Midtown: Broken Promises and The Ghosts of Redevelopment

By Tyler Walicek : medium – excerpt

On the evening of October 18th, citizens and activists packed the cafeteria of Gateway High School, intent on speaking out against certain injustices that have been visited upon the residents of the Midtown Park Apartments. Addressing the crowd were a somber set of officials. Some spoke for the Mayor’s Office of Housing, while others were representing Mercy Housing, the massive, development-oriented nonprofit…

Conspicuously absent from the high school meeting was Supervisor London Breed, a supporter of Mercy’s new designs for Midtown…

A Brief History of Midtown[1]

Shortly after Midtown opened, its original developer went belly-up and defaulted on the loan. The lenders soon came calling; in order to keep the property afloat, Housing and Urban Development (HUD) stepped in and negotiated for the City to take over the property. Shortly thereafter, in 1968, the City gave a 40-year lease for the property to the Midtown Park Corporation, a nonprofit established by tenants to oversee the upkeep of the grounds

To recap: the City claimed to own Midtown. The City promised Midtown residents rent control. Midtown tenants struggled to meet the rising costs of maintenance. The City vetoed proposed rent increases, citing rent control protections for Midtown. Without increased revenue or support from its owner, the City, the complex fell into disrepair. Now that a backroom deal has granted control of the property to Mercy Housing, the City is looking the other way as rent control protections are destroyed. Midtown’s tenants are facing an injustice in triplicate: the City’s failure to help them maintain the buildings, the revocation of rent control, and, if the City gets its way, the complete demolition of their homes…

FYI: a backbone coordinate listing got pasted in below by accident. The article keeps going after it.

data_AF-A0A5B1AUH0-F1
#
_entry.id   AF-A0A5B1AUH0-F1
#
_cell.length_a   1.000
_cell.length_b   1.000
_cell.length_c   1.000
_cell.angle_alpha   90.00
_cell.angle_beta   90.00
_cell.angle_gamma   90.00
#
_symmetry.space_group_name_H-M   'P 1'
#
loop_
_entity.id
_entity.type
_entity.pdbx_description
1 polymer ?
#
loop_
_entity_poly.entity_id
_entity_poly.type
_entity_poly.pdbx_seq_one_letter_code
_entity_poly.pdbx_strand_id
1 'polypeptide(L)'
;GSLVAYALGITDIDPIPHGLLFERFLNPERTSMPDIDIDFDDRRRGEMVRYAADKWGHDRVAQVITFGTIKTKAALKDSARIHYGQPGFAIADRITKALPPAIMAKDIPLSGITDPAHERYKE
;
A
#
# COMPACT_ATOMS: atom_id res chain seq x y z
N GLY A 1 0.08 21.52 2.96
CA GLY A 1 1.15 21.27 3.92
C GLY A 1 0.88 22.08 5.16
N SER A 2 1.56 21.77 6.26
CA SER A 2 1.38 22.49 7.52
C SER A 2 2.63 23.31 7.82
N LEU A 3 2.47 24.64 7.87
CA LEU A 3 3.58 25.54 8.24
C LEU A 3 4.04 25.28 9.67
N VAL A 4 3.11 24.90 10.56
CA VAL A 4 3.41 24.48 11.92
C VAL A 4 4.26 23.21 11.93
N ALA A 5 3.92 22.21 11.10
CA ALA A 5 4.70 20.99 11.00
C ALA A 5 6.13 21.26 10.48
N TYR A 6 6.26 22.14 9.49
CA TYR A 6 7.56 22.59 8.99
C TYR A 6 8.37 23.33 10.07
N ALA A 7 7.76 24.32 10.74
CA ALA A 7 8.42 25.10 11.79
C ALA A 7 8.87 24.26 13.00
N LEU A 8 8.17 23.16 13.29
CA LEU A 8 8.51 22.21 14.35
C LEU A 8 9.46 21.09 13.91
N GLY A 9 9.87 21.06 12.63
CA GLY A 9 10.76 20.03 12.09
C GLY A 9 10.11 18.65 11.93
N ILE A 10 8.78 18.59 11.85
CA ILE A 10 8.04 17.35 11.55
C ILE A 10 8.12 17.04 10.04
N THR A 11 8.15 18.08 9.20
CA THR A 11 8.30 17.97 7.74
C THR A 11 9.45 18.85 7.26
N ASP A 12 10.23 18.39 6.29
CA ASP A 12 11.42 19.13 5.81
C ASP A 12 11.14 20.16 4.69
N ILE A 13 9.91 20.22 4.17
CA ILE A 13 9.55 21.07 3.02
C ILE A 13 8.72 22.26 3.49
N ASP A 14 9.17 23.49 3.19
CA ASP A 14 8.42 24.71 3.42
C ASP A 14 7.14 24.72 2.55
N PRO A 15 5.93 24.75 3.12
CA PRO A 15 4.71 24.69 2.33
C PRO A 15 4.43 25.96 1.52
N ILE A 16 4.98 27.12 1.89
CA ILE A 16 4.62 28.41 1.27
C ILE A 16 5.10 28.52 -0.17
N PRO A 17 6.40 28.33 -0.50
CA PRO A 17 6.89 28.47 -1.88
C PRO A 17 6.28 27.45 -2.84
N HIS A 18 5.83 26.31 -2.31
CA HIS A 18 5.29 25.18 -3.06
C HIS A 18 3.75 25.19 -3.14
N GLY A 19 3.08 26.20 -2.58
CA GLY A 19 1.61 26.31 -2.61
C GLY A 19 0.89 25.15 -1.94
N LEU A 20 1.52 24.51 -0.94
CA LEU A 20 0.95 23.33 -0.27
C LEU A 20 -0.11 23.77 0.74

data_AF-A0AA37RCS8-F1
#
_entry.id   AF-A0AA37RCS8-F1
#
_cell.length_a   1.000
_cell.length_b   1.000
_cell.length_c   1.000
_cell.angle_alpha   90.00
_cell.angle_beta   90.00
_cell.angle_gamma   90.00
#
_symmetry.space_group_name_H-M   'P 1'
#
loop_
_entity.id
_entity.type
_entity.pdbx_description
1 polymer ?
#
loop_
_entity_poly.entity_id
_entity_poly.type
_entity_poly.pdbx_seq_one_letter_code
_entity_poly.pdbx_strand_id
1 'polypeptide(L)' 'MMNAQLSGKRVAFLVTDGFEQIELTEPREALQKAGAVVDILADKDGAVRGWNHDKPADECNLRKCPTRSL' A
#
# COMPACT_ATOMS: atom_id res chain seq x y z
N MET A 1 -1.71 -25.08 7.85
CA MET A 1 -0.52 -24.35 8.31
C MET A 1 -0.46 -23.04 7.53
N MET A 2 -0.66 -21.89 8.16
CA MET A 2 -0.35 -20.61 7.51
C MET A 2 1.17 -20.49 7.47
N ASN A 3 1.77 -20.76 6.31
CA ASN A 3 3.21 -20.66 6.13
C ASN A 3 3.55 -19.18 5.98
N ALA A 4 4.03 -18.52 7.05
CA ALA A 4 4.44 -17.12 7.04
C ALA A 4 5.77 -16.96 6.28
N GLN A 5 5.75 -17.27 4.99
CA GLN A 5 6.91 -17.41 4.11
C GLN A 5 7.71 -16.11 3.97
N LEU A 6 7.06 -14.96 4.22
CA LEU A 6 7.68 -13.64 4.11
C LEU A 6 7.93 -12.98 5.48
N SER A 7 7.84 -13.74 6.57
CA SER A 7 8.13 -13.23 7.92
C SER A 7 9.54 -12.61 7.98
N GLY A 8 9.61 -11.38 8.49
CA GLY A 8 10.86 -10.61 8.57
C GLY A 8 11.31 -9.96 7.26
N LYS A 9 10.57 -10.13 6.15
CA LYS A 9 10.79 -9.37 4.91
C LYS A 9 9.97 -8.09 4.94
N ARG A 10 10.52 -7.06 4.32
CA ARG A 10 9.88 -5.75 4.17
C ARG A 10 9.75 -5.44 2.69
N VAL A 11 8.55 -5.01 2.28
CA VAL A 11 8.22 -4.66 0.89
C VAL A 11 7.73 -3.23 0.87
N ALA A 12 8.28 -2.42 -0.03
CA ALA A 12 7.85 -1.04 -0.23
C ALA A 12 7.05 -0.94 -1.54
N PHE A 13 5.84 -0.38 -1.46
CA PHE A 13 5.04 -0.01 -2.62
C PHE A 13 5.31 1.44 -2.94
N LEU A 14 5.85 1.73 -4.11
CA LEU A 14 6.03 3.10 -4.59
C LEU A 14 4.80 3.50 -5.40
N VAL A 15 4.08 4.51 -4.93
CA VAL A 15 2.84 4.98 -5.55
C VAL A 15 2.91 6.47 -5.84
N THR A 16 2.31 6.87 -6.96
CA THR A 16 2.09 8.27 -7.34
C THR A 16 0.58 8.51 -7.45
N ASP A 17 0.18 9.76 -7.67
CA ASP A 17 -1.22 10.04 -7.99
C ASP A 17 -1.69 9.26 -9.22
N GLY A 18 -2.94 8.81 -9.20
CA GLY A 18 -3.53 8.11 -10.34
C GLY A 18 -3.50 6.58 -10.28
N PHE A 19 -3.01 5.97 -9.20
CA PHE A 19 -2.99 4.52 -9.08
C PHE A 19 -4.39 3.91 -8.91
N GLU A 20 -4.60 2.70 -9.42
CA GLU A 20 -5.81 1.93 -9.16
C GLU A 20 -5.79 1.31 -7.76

[1] For more detailed history, check out Natalia Kresich’s article on 48 Hills and the Save Midtown website (more)

 

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